Ryan de Temple, Master of Science in Information Systems '14
Change your Career Path from Here
“The Bay Area is the center of technology change and growth. At USF, the professors had their own ideas and instructional messages, but they also encouraged the students to take on those ideas and expand.”
Ryan de Temple Wanted to Set Himself Apart in the IT Sector – The Incubator of Ideas at USF Let Him Do Just That
Bay Area native and Master of Science in Information Systems ’14, Ryan de Temple, came to the University of San Francisco because he saw the school as an incubator for ideas and important conversations surrounding the technology sector.
In the competitive market for tech jobs, he chose the MS Information Systems program as a way to set him apart from other IT professionals competing for the careers he knew he wanted.
At the end of the MSIS program, you have something to show the world; you can rise to a challenge and change your career path for the better. It shows the world that you can commit to a long-term goal and achieve it; that you are motivated to embark on something many don't and that you were successful at it.
“The Bay Area is the center of technology change and growth,” he said. “At USF, the professors had their own ideas and instructional messages, but they also encouraged the students to take on those ideas and expand.”
After he graduated, de Temple landed a position at Yelp, where he assists in IT security as part of an engineering team. This opportunity was a welcome change from his previous career of high-security data.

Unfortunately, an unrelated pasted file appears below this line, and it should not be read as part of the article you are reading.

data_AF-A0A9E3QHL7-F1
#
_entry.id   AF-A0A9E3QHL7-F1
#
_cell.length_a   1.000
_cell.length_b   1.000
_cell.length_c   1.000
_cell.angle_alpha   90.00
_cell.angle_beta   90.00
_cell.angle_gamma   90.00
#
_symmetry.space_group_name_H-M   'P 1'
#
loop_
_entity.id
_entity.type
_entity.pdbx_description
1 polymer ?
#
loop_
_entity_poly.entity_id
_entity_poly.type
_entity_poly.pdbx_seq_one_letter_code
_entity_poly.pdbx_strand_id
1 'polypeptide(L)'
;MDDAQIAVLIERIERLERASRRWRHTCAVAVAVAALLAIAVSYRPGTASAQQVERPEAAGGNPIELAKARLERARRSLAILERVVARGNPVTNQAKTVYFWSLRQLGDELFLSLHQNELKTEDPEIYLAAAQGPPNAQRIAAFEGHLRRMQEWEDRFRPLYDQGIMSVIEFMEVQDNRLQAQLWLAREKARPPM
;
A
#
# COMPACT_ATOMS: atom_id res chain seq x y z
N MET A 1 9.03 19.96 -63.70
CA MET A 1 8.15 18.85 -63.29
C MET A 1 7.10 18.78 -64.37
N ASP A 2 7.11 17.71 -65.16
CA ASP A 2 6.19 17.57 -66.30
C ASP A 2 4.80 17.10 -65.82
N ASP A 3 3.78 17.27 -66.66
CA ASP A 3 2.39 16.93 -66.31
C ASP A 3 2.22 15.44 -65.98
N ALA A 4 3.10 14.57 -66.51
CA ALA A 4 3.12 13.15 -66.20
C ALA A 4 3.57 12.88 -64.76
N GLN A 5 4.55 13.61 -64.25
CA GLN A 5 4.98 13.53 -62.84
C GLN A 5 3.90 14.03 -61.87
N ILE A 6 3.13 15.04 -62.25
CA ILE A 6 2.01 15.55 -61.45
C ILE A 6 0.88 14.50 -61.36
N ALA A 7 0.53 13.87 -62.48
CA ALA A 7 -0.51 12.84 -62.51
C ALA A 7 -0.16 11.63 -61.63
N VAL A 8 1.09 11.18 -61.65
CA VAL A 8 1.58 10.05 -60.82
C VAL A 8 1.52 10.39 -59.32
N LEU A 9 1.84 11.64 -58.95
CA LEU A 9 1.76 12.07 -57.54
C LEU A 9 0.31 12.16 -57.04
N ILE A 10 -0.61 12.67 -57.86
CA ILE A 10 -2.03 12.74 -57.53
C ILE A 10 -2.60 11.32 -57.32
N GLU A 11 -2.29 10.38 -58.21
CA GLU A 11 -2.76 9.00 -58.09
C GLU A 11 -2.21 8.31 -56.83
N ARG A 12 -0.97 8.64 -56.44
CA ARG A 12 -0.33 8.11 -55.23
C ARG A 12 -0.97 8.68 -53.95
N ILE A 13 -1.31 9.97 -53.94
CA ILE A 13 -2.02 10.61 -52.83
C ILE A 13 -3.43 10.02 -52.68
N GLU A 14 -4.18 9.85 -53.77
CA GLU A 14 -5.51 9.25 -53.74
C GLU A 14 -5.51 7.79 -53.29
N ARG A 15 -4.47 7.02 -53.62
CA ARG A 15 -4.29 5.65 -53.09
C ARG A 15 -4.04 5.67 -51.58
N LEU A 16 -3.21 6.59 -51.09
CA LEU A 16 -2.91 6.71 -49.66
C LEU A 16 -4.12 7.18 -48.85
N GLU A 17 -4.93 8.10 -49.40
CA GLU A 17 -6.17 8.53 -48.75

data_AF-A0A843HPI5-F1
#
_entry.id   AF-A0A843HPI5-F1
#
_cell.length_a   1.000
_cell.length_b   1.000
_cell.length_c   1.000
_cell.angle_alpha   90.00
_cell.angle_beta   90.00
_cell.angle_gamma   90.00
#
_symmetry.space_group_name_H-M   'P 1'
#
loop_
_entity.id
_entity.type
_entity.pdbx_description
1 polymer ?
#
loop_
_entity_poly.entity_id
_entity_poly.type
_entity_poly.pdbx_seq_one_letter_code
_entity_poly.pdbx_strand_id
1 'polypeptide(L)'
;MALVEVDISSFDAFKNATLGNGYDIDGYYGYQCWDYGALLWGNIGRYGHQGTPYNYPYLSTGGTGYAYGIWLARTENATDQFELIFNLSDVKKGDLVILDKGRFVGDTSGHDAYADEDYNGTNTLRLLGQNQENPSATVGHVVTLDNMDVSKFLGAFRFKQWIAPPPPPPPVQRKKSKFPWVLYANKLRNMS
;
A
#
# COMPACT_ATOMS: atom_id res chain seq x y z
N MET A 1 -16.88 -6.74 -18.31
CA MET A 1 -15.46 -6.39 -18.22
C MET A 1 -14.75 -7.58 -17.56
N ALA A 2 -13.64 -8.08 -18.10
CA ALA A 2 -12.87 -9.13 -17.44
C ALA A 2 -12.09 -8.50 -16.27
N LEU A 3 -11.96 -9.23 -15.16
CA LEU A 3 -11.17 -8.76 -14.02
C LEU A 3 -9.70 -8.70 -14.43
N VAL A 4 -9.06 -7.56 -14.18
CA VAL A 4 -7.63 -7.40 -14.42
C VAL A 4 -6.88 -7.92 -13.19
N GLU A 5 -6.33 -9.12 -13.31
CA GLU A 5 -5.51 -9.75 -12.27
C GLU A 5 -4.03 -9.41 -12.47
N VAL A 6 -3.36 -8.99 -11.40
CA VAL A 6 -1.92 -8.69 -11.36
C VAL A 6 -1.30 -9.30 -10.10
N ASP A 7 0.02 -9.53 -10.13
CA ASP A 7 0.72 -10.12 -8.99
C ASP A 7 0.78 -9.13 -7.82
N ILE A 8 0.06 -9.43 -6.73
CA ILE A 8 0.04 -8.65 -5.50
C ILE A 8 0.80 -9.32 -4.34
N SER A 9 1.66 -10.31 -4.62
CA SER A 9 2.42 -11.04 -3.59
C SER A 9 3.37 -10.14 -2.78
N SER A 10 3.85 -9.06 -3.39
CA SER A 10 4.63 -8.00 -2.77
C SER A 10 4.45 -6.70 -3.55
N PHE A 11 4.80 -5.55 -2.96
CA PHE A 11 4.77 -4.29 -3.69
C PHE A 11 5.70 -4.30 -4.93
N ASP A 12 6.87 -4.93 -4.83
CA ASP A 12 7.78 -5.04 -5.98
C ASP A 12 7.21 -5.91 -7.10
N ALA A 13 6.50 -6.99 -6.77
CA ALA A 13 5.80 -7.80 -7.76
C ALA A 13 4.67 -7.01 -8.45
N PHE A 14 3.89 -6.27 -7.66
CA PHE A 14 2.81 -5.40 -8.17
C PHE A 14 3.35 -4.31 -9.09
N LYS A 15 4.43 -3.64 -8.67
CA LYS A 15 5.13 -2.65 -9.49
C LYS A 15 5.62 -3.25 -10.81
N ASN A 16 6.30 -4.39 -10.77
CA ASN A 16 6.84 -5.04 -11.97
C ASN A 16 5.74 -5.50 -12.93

“My old job meant no cell phones or windows to social media,” he said. “The MSIS program brought a worldly scope to the responsibility of my profession.”
Working with the security of devices connected to the Internet has made de Temple aware of the risks involved with a global, technological society, but he said he learned how to minimize that risk and secure information at USF.
“The professors shared their experiences and we had many debates over ethical technologies and policies,” he said. “It was an exciting time to share ideas with many different technical professionals from many different backgrounds.”
For de Temple, his cohort and professors were essential to his growth in the program.
“The people you meet become your friends, colleagues, and they struggle with you. Their ideas have just as much weight in your program experience,” he said. “There are so many ideas coming from diverse backgrounds and industries to make a rich social engagement. The professors guide you through this experience and plant the inspiration that spurs thought, and they push you to think beyond the scope of your assignments and papers.”
De Temple gained invaluable connections through his program that he hadn’t expected.